Thursday, September 20, 2012
How Old Are You?
(In line with the newly launched book, "What, Me Retire?" I was invited to the OMF Literature Authors' Fellowship at the MIBF "to encourage younger writers to keep looking for the 'pearls' in life to write about; to share tips on how they can stay sharp, creative, and relevant.” Here's an abridged version of that talk.)
Frankly, I don't feel like a senior. I don't feel old, neither do I think old. I was wired in advertising, where I stayed for over 20 years, to always think young. I can groove to the music of Elvis Presley and Justin Bieber or Scotty McCreery.
The only time I feel old is when people ask, “How old are you?”
Then it hits me! That question rubs in the fact that you are old.
I call this in “What, Me Retire?” ageism. Like racism, it's a prejudice. My new title is Mommy, given by everyone I meet. That's when I am dressed to the nines. But I have recently acquired a newer title, Nanay. That's when I am dressed in shorts and t-shirt.
Ageism—Kuya, Ate, po, oho, opo, Ma'am/Sir, Mommy, Nanay.
In my old office, everybody called each other by his first name. Visiting presidents of multinational clients were either Bill, Ian, or Graeme. So imagine my shock after I retired, and visited OMF Lit for the first time. I asked for Yna Reyes. The man (not much younger than Yna) replied, “Ah, si Ate (honorific for an older lady) Yna!” It was my first time to hear the word Ate at an office in over 20 years!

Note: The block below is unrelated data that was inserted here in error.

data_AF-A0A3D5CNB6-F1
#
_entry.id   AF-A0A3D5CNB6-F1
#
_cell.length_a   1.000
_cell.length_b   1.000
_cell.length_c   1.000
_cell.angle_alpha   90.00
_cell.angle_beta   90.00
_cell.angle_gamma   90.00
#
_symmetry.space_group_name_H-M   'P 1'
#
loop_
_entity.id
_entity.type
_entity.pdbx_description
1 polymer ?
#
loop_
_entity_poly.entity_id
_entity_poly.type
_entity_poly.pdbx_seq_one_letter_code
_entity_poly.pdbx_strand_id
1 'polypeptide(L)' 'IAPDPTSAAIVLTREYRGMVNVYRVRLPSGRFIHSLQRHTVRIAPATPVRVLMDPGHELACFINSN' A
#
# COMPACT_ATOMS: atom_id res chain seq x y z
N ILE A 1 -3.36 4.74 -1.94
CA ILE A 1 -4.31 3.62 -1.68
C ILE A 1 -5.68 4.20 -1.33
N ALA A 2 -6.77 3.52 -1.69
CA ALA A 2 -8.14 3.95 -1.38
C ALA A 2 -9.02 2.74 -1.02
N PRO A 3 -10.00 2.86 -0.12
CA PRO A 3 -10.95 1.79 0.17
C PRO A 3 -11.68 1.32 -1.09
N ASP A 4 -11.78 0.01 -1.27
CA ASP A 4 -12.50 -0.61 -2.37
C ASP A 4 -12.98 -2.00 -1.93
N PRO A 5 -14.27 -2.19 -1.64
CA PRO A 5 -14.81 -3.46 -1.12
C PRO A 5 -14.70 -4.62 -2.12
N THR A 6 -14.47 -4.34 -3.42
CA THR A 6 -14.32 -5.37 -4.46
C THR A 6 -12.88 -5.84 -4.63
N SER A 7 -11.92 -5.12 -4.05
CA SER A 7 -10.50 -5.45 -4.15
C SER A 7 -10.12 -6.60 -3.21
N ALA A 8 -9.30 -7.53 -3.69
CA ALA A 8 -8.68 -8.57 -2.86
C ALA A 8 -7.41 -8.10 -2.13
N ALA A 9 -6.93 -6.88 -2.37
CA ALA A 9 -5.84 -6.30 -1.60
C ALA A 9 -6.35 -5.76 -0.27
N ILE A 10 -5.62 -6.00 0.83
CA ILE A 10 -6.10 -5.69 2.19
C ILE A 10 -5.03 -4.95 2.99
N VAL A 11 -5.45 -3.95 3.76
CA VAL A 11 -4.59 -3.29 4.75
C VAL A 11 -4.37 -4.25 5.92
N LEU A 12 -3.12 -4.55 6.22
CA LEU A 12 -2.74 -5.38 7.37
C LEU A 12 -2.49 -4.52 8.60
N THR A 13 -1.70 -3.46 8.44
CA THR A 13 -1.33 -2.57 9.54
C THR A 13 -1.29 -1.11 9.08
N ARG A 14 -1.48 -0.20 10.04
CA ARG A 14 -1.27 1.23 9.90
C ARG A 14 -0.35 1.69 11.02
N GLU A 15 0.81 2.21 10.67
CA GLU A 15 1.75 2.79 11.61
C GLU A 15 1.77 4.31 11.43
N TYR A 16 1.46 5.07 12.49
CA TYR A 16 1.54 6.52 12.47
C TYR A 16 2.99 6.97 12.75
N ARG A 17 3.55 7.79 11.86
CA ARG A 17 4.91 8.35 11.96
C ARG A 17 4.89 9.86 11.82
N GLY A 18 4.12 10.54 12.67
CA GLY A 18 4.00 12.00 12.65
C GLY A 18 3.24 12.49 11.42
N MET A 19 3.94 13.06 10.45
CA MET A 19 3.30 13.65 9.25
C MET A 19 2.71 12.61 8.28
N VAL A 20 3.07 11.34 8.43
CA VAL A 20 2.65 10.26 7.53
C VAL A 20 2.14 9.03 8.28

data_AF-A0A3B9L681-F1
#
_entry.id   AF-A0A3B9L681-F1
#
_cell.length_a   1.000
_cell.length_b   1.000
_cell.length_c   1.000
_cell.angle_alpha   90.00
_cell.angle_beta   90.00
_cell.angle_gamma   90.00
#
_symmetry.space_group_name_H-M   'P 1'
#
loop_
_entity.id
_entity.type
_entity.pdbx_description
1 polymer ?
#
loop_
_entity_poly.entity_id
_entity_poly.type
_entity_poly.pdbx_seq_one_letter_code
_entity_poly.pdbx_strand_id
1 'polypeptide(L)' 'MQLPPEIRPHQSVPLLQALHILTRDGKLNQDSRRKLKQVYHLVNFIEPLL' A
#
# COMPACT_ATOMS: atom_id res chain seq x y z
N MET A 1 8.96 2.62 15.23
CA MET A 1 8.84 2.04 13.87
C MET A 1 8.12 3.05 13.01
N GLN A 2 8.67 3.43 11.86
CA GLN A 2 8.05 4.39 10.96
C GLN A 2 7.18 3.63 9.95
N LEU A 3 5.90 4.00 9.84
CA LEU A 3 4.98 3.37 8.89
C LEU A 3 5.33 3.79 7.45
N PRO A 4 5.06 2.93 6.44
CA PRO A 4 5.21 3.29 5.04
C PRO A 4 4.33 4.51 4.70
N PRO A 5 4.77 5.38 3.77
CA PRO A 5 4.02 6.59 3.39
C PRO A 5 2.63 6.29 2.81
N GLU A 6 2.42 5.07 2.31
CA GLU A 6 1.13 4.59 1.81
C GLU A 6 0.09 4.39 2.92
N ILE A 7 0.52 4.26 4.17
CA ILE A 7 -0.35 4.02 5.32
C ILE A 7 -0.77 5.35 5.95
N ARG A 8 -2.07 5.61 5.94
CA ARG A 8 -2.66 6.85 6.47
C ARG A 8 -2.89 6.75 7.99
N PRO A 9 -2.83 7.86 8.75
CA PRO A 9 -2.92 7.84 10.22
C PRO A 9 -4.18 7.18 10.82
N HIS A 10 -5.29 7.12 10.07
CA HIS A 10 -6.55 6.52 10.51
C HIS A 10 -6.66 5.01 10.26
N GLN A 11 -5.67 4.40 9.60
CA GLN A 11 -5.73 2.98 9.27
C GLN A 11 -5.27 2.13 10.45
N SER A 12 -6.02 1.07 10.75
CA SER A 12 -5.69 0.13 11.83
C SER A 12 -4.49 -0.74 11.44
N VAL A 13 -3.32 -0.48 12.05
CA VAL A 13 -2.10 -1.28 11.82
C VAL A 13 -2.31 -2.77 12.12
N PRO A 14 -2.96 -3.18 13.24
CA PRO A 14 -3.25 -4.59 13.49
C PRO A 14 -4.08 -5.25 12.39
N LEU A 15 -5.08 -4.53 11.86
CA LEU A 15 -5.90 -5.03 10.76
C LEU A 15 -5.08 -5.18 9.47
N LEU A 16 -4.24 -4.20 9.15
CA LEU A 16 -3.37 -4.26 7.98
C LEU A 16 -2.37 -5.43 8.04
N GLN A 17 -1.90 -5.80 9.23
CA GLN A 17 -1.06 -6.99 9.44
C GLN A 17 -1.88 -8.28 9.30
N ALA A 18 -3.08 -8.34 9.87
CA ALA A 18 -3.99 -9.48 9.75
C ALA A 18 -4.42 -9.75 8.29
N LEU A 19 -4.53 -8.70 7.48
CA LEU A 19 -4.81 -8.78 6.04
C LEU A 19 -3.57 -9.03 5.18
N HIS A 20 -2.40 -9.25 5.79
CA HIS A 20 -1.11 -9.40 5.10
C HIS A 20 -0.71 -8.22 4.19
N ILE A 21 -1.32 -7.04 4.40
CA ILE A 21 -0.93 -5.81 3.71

When my first children's book was published, someone suggested that I should be known as Tita Grace. I said, “No, I don't want to be typecast. I want to be known by my name, Grace D. Chong.”
Today, when I meet with kids, they greet me, “Hello, Grace D. Chong!|” One time I interrupted a boy who peppered his every sentence with, “You know Grace D. Chong . . .”
I whispered, Just call me Tita Grace.
He retorted, “But your name is Grace D. Chong!”
Ageism is here to stay. Especially because honorifics are hidden under the guise of respect and culture. Young people discriminate against the very status they will someday be a part of. At least in racism, no brown-skinned Filipino will suddenly turn to white, or black. But every brown-skinned Filipino will grow old.